That’s right. I think they’re in a difficult position. I feel for them. I think they made a difficult decision, but I get why it happens. We are 100 percent committed to unions, to the labor movement, to workers’ rights, and that’s never going to change. We’re always going to be there fighting for working people — the ones in unions, the ones who deserve and don’t have the protection of a union, and people piecing together work in the gig economy and those who are unemployed. Those are all working families and we’re going to fight as hard as we can for each of them.

Another thing just announced about the WFP is that you have a new director. Tell us about him and the vision that he embodies for the party.

His name is Maurice Mitchell. I couldn’t be more excited. I’ve known him for a while and he’s always impressed me as an unbelievable organizer, strategist and leader…. He’s spoken really eloquently in the media in the last couple of days about his vision for where we’re going, which is a vision that kind of ends the false dichotomy between the fights for economic and racial justice, and says we need both of those things and a vision that embraces the rise of some of the social movements that have sprung up over the last couple of years — from Occupy to the climate movement to the DREAMers to the Movement for Black Lives — and says there’s all these people in the streets, all the way up to the most recent youth-led movement against gun violence, and says these are people who are fired up and need a new political home, and we could be that home.

And there was one other thing going on for y’all this week.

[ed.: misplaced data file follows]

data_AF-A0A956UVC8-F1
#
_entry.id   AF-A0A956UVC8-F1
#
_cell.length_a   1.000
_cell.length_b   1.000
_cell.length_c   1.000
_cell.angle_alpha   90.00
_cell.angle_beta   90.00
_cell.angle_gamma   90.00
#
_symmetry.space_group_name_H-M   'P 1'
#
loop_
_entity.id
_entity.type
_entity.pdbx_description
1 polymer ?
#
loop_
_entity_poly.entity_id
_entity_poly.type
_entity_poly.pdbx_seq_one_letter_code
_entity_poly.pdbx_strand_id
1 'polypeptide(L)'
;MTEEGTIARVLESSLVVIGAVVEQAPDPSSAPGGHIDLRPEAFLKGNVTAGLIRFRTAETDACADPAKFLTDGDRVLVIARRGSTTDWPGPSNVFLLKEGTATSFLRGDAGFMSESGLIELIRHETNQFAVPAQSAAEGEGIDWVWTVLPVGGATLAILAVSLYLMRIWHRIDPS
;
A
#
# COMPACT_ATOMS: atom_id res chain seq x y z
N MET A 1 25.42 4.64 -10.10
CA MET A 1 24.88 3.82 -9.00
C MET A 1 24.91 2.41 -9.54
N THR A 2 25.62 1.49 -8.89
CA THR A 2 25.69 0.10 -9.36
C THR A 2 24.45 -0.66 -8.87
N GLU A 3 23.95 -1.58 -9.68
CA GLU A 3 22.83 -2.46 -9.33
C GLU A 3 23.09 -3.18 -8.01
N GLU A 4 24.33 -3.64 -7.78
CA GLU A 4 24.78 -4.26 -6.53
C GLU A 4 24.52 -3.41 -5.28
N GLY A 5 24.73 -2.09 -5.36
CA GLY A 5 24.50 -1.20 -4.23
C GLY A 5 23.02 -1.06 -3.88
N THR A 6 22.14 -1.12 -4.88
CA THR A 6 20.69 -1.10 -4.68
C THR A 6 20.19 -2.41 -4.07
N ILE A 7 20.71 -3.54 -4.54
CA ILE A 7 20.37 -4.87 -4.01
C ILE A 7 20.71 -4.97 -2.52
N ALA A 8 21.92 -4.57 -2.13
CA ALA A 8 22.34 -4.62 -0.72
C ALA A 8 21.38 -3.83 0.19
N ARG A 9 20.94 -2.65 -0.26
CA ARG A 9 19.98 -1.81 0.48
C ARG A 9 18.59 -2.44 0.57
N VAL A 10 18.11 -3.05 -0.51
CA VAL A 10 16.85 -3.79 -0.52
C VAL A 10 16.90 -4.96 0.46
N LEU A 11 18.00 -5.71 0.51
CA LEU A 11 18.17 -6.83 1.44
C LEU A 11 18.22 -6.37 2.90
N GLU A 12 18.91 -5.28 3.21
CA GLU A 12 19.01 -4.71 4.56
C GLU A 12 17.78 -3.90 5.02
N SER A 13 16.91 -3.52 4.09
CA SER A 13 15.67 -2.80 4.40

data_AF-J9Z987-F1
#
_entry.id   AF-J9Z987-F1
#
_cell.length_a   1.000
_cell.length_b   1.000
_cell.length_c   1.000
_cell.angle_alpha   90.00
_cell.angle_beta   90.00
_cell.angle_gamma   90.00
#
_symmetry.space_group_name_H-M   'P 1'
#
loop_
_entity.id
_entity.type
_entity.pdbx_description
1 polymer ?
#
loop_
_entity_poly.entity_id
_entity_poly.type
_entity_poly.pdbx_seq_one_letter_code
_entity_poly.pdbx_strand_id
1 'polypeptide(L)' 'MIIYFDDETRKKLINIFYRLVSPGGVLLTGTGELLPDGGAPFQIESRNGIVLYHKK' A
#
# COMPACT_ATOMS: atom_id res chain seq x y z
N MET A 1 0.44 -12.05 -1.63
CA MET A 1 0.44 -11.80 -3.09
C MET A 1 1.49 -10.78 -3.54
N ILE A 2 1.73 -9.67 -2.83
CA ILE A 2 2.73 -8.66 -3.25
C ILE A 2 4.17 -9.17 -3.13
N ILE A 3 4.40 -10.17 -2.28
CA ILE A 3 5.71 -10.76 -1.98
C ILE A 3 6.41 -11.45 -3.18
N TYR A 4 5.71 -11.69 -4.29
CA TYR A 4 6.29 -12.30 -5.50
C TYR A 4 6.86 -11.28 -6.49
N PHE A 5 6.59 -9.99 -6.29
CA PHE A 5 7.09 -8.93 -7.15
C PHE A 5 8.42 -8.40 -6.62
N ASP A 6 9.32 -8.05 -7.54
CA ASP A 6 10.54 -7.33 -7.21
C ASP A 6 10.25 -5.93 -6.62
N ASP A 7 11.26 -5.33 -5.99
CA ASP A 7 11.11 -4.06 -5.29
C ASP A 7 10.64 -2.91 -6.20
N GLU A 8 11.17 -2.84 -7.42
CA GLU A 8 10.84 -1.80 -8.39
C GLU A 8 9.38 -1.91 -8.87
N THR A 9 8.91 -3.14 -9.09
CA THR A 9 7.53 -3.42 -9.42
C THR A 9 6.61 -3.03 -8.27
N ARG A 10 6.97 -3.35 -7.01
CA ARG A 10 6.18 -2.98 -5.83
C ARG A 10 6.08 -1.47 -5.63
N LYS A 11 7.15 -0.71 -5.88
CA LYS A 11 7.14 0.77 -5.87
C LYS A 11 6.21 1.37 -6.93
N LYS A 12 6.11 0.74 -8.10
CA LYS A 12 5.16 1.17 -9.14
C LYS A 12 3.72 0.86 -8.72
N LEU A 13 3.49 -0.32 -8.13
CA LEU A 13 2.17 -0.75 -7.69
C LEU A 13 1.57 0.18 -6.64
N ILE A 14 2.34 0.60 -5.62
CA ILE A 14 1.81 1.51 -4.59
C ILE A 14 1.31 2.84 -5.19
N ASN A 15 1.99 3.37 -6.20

One other thing — actually, there’s a few other things. We won paid sick days in New Jersey this week. But the one other thing I was going to talk about was, we also had 75 people in Las Vegas at our … growing political education program … for an intense, three-day-long political education program that was built on a big analysis about helping people develop their ideology, on class exploitation, on structural racism, on the reinforcement of gender roles in our society and on a broken democracy that has failed to really transform and overcome those challenges that we’re facing…. It’s a pretty cool model that we’re trying out that we’ve been growing around the country.

How can people get involved with any and all of the things we’ve talked about today?

People can go to our website at and sign up…. And also follow us on Facebook and Twitter and Instagram and all the social media if that’s how you stay engaged — you can find us there, too.

This interview has been edited for length and clarity.

Interviews for Resistance is a project of Sarah Jaffe, with assistance from Laura Feuillebois and support from the Nation Institute. It is also available as a podcast on iTunes. Not to be reprinted without permission.